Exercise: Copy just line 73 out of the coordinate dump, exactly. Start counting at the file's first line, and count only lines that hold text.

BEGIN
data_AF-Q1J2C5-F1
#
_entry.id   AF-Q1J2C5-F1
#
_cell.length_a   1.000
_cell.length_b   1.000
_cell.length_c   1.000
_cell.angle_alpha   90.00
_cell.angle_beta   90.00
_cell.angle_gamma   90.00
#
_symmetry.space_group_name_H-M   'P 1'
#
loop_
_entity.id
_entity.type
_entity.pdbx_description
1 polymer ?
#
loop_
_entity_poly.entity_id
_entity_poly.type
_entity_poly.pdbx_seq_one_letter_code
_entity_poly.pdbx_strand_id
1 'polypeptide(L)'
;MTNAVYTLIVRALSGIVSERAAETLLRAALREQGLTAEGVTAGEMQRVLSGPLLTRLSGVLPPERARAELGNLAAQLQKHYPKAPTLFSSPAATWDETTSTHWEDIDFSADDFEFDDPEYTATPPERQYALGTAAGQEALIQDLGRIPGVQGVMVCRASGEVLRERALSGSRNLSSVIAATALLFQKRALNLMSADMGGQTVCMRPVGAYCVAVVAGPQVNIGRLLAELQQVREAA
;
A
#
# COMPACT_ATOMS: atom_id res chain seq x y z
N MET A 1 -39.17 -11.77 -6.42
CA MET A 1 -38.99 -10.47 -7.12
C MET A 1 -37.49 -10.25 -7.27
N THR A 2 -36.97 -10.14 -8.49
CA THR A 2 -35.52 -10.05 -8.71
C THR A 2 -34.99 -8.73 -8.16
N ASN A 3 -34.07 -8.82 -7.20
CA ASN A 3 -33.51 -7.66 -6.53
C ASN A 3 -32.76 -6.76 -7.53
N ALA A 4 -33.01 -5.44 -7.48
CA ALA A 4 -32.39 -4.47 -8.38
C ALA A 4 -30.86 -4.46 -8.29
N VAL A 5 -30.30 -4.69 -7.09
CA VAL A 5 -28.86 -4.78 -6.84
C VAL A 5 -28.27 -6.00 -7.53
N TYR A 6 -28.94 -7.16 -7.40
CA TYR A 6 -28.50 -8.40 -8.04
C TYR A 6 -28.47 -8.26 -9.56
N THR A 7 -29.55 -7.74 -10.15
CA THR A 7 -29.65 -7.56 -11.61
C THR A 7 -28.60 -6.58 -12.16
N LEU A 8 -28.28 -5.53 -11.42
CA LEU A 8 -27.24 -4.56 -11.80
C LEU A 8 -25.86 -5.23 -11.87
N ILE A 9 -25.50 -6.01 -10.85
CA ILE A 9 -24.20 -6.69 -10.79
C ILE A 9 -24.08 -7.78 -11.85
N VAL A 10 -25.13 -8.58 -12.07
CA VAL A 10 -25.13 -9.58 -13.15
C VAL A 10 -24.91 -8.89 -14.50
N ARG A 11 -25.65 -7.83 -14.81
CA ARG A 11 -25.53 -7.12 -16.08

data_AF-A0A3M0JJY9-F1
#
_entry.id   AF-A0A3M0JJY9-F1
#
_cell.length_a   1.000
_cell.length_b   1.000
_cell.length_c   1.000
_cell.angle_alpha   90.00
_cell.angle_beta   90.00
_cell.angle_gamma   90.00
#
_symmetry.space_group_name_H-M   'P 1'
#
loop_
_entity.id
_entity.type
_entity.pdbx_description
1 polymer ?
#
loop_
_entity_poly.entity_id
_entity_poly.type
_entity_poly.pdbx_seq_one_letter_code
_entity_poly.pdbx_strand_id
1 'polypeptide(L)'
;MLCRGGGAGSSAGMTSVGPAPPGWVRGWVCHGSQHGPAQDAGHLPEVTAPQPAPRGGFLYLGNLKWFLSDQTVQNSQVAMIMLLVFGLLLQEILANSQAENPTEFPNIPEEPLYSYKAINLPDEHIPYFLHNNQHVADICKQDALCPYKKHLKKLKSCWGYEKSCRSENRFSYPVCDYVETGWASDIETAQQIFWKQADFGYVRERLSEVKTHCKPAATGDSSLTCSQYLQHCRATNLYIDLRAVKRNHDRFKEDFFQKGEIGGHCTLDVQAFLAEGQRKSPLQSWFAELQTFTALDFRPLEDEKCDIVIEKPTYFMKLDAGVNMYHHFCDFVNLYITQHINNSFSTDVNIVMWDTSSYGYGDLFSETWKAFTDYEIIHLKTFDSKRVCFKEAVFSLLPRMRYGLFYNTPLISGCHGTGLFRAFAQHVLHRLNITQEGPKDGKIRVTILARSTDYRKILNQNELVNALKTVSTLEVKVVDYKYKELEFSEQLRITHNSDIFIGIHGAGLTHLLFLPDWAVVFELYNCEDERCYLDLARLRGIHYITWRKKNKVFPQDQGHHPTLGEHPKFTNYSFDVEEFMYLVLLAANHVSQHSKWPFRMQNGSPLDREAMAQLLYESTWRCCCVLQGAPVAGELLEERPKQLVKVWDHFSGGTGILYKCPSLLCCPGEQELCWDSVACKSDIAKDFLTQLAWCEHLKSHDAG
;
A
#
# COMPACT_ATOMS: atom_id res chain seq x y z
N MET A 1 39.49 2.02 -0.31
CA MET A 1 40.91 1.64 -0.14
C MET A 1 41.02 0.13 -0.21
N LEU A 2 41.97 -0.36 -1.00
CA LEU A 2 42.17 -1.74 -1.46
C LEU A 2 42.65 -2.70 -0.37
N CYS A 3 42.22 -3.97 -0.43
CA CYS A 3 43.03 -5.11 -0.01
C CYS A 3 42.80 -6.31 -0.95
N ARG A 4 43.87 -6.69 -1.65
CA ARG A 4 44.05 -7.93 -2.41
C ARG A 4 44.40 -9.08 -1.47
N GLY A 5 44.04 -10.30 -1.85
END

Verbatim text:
#